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Music for Bronchiolitis

Research at Schneider Children's has found that playing music to infants with bronchiolitis improves their condition
Date: 27.06.22 | Update: 28.06.22

Research undertaken at Schneider Children's has found a positive link between playing music to infants up to the age of two years with bronchiolitis (inflammation of the airways) and the improvement of vital signs such as the level of oxygen in the blood, pulse rate, respiration rate and so on, which contribute to recovery.

Bronchiolitis is frequently caused by the RSV virus, the most common reason for the hospitalization of infants during the winter months. During the first two years of life, all children will be infected with the RSV virus, while some will develop severe bronchiolitis requiring hospitalization (mainly to administer oxygen). Infants who are hospitalized due to bronchiolitis are invariably at increased risk of developing asthma until the age of six.

In the study conducted by Dr. Noa Ziv, senior physician in the Department of Pediatrics "C" at Schneider, 52 hospitalized children with bronchiolitis were divided into three groups. The first group remained in complete silence and represented the control group; the second group heard quiet music; and the third heard Mozart's sonata which proved a positive influence on physiological parameters in older patients. Some 70 recordings were played during the study with each participant being exposed to music for 25 minutes once a day or several times during hospitalization via earphones with controlled volume levels.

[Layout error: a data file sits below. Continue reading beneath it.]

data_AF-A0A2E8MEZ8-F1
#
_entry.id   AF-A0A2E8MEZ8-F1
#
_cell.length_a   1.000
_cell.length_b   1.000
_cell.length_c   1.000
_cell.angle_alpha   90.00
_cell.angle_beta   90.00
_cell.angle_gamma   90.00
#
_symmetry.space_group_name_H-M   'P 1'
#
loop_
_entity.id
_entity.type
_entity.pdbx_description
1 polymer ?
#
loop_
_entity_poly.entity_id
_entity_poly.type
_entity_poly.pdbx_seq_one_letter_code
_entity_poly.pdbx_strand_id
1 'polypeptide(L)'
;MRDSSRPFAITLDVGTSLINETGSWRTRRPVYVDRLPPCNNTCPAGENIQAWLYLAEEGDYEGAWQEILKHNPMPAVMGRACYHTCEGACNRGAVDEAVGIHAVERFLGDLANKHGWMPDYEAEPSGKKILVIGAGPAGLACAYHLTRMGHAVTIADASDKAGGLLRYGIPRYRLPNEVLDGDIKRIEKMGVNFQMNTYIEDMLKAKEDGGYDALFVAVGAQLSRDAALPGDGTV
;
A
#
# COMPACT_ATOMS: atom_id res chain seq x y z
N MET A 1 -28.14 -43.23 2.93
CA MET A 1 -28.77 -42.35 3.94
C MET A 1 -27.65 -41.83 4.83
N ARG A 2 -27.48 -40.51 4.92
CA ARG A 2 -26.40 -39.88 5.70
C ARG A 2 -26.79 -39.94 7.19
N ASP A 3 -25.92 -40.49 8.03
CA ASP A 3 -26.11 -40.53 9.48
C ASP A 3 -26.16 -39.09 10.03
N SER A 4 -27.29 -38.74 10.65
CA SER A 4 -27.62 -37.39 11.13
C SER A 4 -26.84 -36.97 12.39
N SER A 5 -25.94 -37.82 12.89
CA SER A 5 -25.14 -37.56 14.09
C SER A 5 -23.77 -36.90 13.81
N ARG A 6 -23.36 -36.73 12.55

The research came about because patients in the third group, including the control group, displayed an improvement in vital signs and were discharged home more rapidly than others with bronchiolitis who were not exposed to music: 60% of the children in the first group, 77% of the children in the second group, and 74% of the children who heard Mozart's sonata, showed improvement in parameters. All the children who participated in the study showed an improvement in oxygen saturation, ate better, were more awake and were cheerful with a better disposition.

Dr. Ziv, head investigator, commented that "during the natural course of the illness, regrettably, other than administering oxygen, monitoring and observation, there is nothing that can contribute towards rapid improvement. Therefore, it was very encouraging to discover in the study we conducted that there is something that can help change children's conditions, and more so when this involves a trivial issue such as music. It was amazing to see how within 25 minutes, we saw such a rapid change in the children which we did not observe in other patients. The significance is that it is the elimination of surrounding noise in the hospital - emanating from monitors, oxygen devices and staff - that leads to the improvement in vital signs. The study is only a small sample of multiple research projects ongoing at Schneider Children's all the time with the objective of giving hope and a better future to children, and I am proud to be a small part of this."




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